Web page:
By Jennifer Erickson
The United Nations's groundbreaking palms exchange Treaty (ATT), which went into impact in 2014, units legally binding criteria to manage worldwide hands exports and displays the becoming matters towards the numerous position that small and significant traditional fingers play in perpetuating human rights violations, clash, and societal instability around the globe. many nations that after staunchly antagonistic shared export controls and their perceived risk to political and financial autonomy are actually starting to include quite a few agreements, equivalent to the ATT and the ecu Code of behavior.
Jennifer L. Erickson explores the explanations best arms-exporting democracies have set aside earlier sovereignty, defense, and monetary concerns in want of humanitarian palms move controls, and he or she follows the early results of this about-face on export perform. She starts off with a short background of failed hands export keep watch over projects after which tracks hands move developments through the years. Pinpointing the normative shifts within the Nineties that placed humanitarian hands keep an eye on at the desk, she finds that those states devoted to those regulations out of outrage for his or her overseas reputations. She additionally highlights how palms exchange scandals threaten family reputations and therefore aid increase compliance. utilizing statistical info and interviews carried out in France, Germany, Belgium, the uk, and the USA, Erickson demanding situations latest IR theories of country habit whereas offering perception into the function of popularity as a social mechanism and the significance of presidency transparency and responsibility in producing compliance with new norms and rules.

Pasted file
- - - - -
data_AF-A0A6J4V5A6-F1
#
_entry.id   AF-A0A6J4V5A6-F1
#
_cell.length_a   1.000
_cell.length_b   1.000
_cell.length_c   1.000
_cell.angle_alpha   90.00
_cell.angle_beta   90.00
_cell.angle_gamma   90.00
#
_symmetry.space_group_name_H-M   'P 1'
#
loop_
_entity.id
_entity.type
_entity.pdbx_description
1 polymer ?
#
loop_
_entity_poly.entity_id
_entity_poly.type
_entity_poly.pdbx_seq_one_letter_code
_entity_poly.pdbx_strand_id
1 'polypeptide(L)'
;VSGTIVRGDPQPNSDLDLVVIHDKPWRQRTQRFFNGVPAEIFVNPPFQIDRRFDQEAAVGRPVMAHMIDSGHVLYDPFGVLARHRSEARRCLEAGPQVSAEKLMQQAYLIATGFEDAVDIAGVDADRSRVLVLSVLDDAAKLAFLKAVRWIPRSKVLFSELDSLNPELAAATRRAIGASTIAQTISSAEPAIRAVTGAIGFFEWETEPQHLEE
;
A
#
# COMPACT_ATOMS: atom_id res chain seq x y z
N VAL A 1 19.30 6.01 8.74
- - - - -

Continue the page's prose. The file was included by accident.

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Additional resources for Dangerous trade : arms exports, human rights, and international reputation
Policy implementation, however, is carried out by multiple government agencies and leaves the most politically sensitive cases to top decision makers more responsive to domestic audiences. Yet domestic constituencies are typically uninterested in arms transfers, a complex issue followed only by a small set of specialists, NGOs, and the defense industry. For politicians, arms export controls bring few electoral benefits and restricting defense markets has been seen—rightly or wrongly—as costly to employment and national security.
In a new normative environment linking arms transfers to human rights, states face social pressures at the international level to commit to responsible arms transfer controls. As a group, democracies are the most likely to respond to these pressures: their domestic obligations to the rule of law and other democratic values can translate to international politics (Doyle 1986; Simmons 1998; Slaughter 1995). In addition, democracies are subject to greater internal and external pressure to conform to international norms related to peace, human rights, and international law (Burley 1992; Simmons 1998).
Even as states have adopted policies in line with new norms, norm internalization has not caught up with state practice, and compliance is mixed at best. But if norm adoption is instrumental, as it appears to be, what do states hope to get out of it? Without the promise of material gain, why expend time and resources on multilateral initiatives intended to impose costly restrictions on decision making and risk domestic legal challenges and hypocrisy costs if compliance is weak? This chapter proposes a theory of state behavior that highlights the importance of social reputation to explain states’ commitment to and varied compliance with “responsible” arms export norms.